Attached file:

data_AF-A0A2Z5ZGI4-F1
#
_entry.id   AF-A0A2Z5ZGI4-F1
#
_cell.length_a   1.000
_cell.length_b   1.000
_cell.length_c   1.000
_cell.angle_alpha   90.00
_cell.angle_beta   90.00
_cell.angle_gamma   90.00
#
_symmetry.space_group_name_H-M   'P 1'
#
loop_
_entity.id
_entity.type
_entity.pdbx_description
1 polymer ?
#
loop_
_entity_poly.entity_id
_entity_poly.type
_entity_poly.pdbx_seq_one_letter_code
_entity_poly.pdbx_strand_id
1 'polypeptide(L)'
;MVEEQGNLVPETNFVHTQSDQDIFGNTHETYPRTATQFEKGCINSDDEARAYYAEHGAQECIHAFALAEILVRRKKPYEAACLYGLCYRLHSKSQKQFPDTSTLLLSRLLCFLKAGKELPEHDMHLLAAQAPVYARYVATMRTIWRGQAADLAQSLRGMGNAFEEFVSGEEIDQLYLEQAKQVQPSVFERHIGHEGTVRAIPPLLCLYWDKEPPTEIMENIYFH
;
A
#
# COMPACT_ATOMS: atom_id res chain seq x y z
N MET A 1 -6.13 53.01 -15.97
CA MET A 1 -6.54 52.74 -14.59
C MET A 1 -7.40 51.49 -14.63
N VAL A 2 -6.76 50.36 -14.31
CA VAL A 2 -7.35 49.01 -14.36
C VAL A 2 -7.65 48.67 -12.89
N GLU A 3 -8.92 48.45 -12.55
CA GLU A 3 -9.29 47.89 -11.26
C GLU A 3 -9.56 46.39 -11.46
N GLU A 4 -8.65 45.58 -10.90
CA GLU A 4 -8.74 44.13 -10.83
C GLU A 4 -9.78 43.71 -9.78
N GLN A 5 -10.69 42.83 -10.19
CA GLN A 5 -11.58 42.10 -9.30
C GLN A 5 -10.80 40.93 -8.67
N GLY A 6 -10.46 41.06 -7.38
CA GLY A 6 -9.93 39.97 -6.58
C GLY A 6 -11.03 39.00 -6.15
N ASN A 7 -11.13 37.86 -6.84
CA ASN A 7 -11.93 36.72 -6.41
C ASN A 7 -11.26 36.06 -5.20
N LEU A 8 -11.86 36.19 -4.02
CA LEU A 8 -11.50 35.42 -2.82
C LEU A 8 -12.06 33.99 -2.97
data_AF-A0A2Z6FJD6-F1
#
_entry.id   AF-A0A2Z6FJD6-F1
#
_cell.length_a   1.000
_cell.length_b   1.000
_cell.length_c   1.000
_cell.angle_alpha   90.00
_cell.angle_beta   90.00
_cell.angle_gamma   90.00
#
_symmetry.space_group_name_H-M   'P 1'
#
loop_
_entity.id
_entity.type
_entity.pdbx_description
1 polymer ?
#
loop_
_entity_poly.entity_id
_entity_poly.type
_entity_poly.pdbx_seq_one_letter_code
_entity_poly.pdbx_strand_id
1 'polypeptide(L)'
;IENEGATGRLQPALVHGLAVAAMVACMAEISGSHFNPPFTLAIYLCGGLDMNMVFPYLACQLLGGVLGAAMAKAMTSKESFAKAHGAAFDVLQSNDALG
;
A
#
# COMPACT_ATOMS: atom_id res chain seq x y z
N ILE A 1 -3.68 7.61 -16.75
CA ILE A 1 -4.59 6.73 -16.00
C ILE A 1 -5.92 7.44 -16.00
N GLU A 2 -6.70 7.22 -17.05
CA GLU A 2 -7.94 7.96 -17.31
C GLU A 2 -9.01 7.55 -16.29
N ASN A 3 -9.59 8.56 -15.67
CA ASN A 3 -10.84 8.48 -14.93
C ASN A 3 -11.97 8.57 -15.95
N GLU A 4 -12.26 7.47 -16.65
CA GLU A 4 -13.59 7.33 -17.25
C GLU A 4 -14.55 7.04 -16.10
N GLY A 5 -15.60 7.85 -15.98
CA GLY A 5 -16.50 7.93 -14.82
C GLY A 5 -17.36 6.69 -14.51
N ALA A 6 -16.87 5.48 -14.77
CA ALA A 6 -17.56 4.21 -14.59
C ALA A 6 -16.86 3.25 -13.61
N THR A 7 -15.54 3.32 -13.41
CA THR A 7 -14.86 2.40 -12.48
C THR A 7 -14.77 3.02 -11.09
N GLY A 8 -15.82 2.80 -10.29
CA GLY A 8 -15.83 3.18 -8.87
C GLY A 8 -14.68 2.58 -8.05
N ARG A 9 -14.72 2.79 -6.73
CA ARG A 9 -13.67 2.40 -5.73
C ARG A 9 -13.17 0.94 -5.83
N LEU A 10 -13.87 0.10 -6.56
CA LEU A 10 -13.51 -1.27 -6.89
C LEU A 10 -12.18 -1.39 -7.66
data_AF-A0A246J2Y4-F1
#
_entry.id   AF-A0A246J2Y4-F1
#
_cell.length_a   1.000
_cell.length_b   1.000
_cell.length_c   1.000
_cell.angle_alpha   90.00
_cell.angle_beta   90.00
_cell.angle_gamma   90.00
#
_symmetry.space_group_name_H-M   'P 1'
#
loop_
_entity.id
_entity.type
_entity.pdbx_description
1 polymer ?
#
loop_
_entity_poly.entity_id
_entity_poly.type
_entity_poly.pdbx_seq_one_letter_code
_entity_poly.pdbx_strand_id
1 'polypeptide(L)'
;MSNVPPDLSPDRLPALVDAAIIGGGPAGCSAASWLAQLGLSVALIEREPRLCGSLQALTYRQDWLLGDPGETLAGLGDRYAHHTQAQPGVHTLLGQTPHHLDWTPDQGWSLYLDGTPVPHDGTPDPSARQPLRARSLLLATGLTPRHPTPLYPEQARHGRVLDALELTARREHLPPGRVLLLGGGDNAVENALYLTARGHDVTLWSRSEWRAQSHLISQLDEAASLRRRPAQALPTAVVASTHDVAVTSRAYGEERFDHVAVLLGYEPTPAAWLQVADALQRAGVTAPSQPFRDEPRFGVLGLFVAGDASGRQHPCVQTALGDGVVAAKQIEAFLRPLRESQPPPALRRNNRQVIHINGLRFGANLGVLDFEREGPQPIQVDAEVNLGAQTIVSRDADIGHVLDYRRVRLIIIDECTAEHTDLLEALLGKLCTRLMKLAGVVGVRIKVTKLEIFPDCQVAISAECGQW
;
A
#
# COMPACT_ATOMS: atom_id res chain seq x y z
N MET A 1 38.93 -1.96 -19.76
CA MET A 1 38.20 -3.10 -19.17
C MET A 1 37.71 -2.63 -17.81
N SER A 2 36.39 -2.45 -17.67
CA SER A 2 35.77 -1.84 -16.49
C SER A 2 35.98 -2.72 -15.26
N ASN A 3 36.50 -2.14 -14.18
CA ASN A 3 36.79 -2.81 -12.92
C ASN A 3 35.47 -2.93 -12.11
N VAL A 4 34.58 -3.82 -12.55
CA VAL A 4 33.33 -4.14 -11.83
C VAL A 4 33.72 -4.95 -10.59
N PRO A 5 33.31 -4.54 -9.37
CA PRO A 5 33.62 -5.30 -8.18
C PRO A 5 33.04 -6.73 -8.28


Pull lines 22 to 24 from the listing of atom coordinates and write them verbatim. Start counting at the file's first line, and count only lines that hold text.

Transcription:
_entity_poly.type
_entity_poly.pdbx_seq_one_letter_code
_entity_poly.pdbx_strand_id